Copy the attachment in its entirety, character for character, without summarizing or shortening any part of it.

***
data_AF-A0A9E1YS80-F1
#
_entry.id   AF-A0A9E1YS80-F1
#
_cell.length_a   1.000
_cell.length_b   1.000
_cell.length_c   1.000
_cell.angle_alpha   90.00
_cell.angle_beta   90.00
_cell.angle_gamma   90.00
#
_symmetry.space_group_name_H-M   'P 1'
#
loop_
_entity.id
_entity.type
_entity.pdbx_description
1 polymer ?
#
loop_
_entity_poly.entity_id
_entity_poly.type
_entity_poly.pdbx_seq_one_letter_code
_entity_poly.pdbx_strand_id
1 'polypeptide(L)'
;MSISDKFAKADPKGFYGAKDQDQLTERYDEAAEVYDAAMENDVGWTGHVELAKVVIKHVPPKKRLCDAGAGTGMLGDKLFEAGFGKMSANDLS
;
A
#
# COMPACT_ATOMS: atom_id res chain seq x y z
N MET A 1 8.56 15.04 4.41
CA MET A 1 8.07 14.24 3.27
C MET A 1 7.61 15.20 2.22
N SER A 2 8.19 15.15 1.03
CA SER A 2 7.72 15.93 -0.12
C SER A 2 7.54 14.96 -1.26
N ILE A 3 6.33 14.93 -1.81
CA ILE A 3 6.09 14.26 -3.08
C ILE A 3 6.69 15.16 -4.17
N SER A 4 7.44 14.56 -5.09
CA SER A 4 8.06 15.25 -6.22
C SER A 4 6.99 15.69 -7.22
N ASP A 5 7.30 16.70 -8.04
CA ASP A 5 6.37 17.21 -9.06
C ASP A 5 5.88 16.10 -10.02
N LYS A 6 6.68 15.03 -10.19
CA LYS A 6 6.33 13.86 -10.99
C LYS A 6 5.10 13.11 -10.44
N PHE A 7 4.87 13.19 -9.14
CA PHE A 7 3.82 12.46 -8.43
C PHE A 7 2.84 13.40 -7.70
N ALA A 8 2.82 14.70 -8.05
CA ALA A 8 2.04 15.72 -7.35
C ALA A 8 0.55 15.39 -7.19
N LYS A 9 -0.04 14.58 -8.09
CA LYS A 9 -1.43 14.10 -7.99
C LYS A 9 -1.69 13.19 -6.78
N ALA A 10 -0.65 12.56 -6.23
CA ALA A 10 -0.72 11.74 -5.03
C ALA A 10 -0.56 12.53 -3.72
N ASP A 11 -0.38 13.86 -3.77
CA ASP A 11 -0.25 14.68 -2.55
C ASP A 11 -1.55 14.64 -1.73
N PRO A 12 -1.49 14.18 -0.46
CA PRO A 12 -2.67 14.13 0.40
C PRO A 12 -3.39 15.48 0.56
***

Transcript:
data_AF-A0A9E1YS80-F1
#
_entry.id   AF-A0A9E1YS80-F1
#
_cell.length_a   1.000
_cell.length_b   1.000
_cell.length_c   1.000
_cell.angle_alpha   90.00
_cell.angle_beta   90.00
_cell.angle_gamma   90.00
#
_symmetry.space_group_name_H-M   'P 1'
#
loop_
_entity.id
_entity.type
_entity.pdbx_description
1 polymer ?
#
loop_
_entity_poly.entity_id
_entity_poly.type
_entity_poly.pdbx_seq_one_letter_code
_entity_poly.pdbx_strand_id
1 'polypeptide(L)'
;MSISDKFAKADPKGFYGAKDQDQLTERYDEAAEVYDAAMENDVGWTGHVELAKVVIKHVPPKKRLCDAGAGTGMLGDKLFEAGFGKMSANDLS
;
A
#
# COMPACT_ATOMS: atom_id res chain seq x y z
N MET A 1 8.56 15.04 4.41
CA MET A 1 8.07 14.24 3.27
C MET A 1 7.61 15.20 2.22
N SER A 2 8.19 15.15 1.03
CA SER A 2 7.72 15.93 -0.12
C SER A 2 7.54 14.96 -1.26
N ILE A 3 6.33 14.93 -1.81
CA ILE A 3 6.09 14.26 -3.08
C ILE A 3 6.69 15.16 -4.17
N SER A 4 7.44 14.56 -5.09
CA SER A 4 8.06 15.25 -6.22
C SER A 4 6.99 15.69 -7.22
N ASP A 5 7.30 16.70 -8.04
CA ASP A 5 6.37 17.21 -9.06
C ASP A 5 5.88 16.10 -10.02
N LYS A 6 6.68 15.03 -10.19
CA LYS A 6 6.33 13.86 -10.99
C LYS A 6 5.10 13.11 -10.44
N PHE A 7 4.87 13.19 -9.14
CA PHE A 7 3.82 12.46 -8.43
C PHE A 7 2.84 13.40 -7.70
N ALA A 8 2.82 14.70 -8.05
CA ALA A 8 2.04 15.72 -7.35
C ALA A 8 0.55 15.39 -7.19
N LYS A 9 -0.04 14.58 -8.09
CA LYS A 9 -1.43 14.10 -7.99
C LYS A 9 -1.69 13.19 -6.78
N ALA A 10 -0.65 12.56 -6.23
CA ALA A 10 -0.72 11.74 -5.03
C ALA A 10 -0.56 12.53 -3.72
N ASP A 11 -0.38 13.86 -3.77
CA ASP A 11 -0.25 14.68 -2.55
C ASP A 11 -1.55 14.64 -1.73
N PRO A 12 -1.49 14.18 -0.46
CA PRO A 12 -2.67 14.13 0.40
C PRO A 12 -3.39 15.48 0.56